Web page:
HTS expanding, say experts
December 5, 2013
Two new studies have examined the prospects for High Throughput Satellites (HTS). Euroconsult and Northern Sky Research have both been busy examining the potential for HTS in all of its guises.
According to Euroconsult’s latest report on HTS, 33 of these new craft will be launched between 2014 and 2016, a record high compared to the total 31 HTS systems that were launched over the past 10 years. Euroconsult says the growing popularity of HTS systems will bring the total cumulative investment to over $12 billion.
New HTS craft from the likes of Intelsat, Telenor and SES’ stake in O3b, will add to the bandwidth availability. Despite the fact that HTS systems have become a global trend, satellite operators have employed a variety of system architectures, in terms of size, coverage, frequency band, platform access and payload flexibility. “HTS systems will not be a ‘one-size- fits-all’ solution but are designed to the meet the specific needs of the targeted vertical market,” said Nathan de Ruiter, senior consultant at Euroconsult.
As a result of the large investments made by satellite operators, global HTS capacity supply is projected to nearly triple over the next three years to reach 1,400 Gbps in 2016. However, HTS capacity available to a single end-user in a given vertical market will not increase to the same extent as the available beam capacity differs between HTS systems.
The multiplication of HTS systems over the coming years will unlock growth opportunities in all major market verticals with global demand for HTS capacity expected to grow from around 85 Gbps in 2013 to nearly 980 Gbps in 2022, a CAGR of more than 30 per cent over the period.
Euroconsult says “The need for HTS capacity is undeniably growing in a world that is more and more connected and increasingly data thirsty,” said de Ruiter. As a result, total revenues from HTS capacity usage are forecasted to grow to approximately $5.6 billion in 2022, generating over $33 billion in aggregate revenue between 2013 and 2022.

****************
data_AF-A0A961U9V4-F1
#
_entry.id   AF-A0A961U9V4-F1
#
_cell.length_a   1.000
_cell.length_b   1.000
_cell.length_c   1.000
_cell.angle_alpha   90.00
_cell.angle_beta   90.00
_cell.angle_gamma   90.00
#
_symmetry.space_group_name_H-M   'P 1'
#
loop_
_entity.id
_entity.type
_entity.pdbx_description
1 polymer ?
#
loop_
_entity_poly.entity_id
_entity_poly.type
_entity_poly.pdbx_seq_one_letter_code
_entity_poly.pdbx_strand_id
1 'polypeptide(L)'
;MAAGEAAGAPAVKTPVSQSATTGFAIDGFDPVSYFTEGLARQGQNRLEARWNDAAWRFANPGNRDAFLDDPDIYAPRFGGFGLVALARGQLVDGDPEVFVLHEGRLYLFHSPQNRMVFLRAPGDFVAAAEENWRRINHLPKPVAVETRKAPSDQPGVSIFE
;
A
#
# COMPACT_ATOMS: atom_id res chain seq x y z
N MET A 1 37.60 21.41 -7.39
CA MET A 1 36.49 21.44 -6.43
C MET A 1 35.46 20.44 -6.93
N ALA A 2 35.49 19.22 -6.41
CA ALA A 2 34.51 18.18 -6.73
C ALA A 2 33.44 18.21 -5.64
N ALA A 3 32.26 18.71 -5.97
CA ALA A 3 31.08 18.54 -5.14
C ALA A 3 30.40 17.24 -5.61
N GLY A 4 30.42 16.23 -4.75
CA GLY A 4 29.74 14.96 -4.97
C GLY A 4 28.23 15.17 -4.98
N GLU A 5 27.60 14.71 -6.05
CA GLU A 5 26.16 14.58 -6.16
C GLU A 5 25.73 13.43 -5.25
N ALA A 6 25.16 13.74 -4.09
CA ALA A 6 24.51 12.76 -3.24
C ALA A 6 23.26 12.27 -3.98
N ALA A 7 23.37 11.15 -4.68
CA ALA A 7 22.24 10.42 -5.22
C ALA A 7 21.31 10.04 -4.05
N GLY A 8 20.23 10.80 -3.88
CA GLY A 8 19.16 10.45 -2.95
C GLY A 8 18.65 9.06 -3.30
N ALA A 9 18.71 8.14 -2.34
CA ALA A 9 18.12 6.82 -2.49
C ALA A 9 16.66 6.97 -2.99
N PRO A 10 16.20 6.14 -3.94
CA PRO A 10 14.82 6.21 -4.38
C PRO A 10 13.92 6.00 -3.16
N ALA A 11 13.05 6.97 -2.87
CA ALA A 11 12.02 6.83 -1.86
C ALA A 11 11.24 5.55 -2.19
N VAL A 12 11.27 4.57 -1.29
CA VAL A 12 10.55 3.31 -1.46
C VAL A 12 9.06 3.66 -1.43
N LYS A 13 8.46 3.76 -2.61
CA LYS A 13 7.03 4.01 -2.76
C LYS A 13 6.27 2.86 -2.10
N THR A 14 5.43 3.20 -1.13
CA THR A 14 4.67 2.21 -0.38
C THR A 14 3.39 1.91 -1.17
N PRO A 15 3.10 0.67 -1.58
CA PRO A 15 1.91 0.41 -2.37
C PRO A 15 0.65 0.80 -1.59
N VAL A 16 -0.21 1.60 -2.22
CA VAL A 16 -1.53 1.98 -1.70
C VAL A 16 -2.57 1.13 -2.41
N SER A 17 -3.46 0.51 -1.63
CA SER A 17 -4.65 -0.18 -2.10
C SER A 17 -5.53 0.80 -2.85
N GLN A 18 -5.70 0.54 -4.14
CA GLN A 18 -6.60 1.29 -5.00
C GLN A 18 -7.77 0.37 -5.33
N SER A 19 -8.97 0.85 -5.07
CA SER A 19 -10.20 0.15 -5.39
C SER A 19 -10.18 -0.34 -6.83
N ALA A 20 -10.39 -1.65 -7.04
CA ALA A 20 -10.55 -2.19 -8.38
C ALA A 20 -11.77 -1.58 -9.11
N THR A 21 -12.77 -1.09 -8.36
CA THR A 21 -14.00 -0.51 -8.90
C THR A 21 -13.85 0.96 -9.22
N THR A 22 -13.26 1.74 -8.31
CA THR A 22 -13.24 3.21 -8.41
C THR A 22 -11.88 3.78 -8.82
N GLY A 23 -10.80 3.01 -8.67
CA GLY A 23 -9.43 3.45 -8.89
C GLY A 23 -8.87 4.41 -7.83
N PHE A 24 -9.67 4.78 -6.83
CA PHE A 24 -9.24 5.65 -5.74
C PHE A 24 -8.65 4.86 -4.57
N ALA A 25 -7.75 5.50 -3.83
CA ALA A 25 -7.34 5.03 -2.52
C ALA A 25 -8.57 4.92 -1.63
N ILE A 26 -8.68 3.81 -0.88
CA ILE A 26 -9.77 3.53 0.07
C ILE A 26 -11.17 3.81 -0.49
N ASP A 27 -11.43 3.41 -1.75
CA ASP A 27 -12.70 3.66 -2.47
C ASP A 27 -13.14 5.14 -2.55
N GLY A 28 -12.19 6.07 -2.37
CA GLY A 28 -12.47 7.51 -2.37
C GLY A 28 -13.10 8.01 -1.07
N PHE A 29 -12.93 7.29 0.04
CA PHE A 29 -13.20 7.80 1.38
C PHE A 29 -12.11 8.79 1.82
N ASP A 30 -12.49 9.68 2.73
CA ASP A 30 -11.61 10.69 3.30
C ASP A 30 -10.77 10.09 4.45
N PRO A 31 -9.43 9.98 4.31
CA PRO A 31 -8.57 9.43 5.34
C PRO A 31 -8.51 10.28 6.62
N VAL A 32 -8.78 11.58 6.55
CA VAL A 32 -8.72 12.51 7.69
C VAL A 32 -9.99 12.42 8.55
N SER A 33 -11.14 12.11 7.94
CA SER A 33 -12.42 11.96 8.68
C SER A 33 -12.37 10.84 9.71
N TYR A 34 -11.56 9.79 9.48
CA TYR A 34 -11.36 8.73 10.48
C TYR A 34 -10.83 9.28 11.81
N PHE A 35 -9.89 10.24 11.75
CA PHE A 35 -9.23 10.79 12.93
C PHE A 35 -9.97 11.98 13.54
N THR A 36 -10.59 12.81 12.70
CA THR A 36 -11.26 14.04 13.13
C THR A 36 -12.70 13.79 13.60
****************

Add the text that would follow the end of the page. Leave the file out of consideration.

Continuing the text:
Specifically, Euroconsult’s highlights from the 50-page report, cite:
– Consumer Broadband will remain the largest vertical market representing nearly 60 per cent of total HTS capacity usage in 2022.
– Cellular Backhaul & Trunking and Civil Government & Enterprise Networks are growing at a similar pace of ~35 per cent p.a. over 2013-2022, with demand driven by emerging regions.
– HTS demand for Video Services is expected to grow to 46 Gbps in 2022, with the majority of traffic carried in North America and Europe.
– HTS usage in Commercial Aviation, Commercial Maritime and Milsatcom should see a gradual take-up starting in 2014 after the launch of HTS systems designed to serve these markets.
Northern Sky Research (NSR), in its latest study, reminds us that its 2009 report estimated that global HTS demand would reach about 190 Gbps in 2018 out of a worldwide supply of 425 Gbps. Now in its latest market size estimate in its latest report (Global Assessment of Satellite Supply & Demand), NSR projects that global HTS demand has expanded three-fold and will hit 451 Gbps in 2018 on a supply of 1.6 Tbps. And this is independent from the separate MEO-HTS market vertical – constellations such as O3b Networks – that could add another 67 Gbps of global demand on about 240 Gbps of MEO-HTS supply in 2018.
“What has changed in the last several years is the breath of applications and services that are now being targeted for HTS and MEO-HTS capacity”, notes Patrick French, NSR Senior Analyst and the report author. French adds that “however impressive the satellite industry’s rush to develop the HTS market, it is less the Gbps of demand that are important than the dollars in revenues that these new services are expected to generate.” The NSR study currently forecasts that global HTS and MEO-HTS revenues will hit $3.3 billion in wholesale capacity terms by 2022. “These are mainly net new revenues that will come from new services and applications addressable by HTS and MEO-HTS capacity rather than cannibalisation of existing C/Ku FSS services as some have feared,” stated French.
NSR says it has gone to great lengths to assess as granularly as possible how different types of HTS capacity are applicable to different market applications. Plus, the reality that not all HTS capacity will be priced the same means that revenue potential very much depends on the application as well as the regional market served. “A Mbps of HTS capacity sold for a global mobility service is priced very differently and brings a different value to the end client than a Mbps of HTS capacity used for a consumer broadband Internet access service” explained French.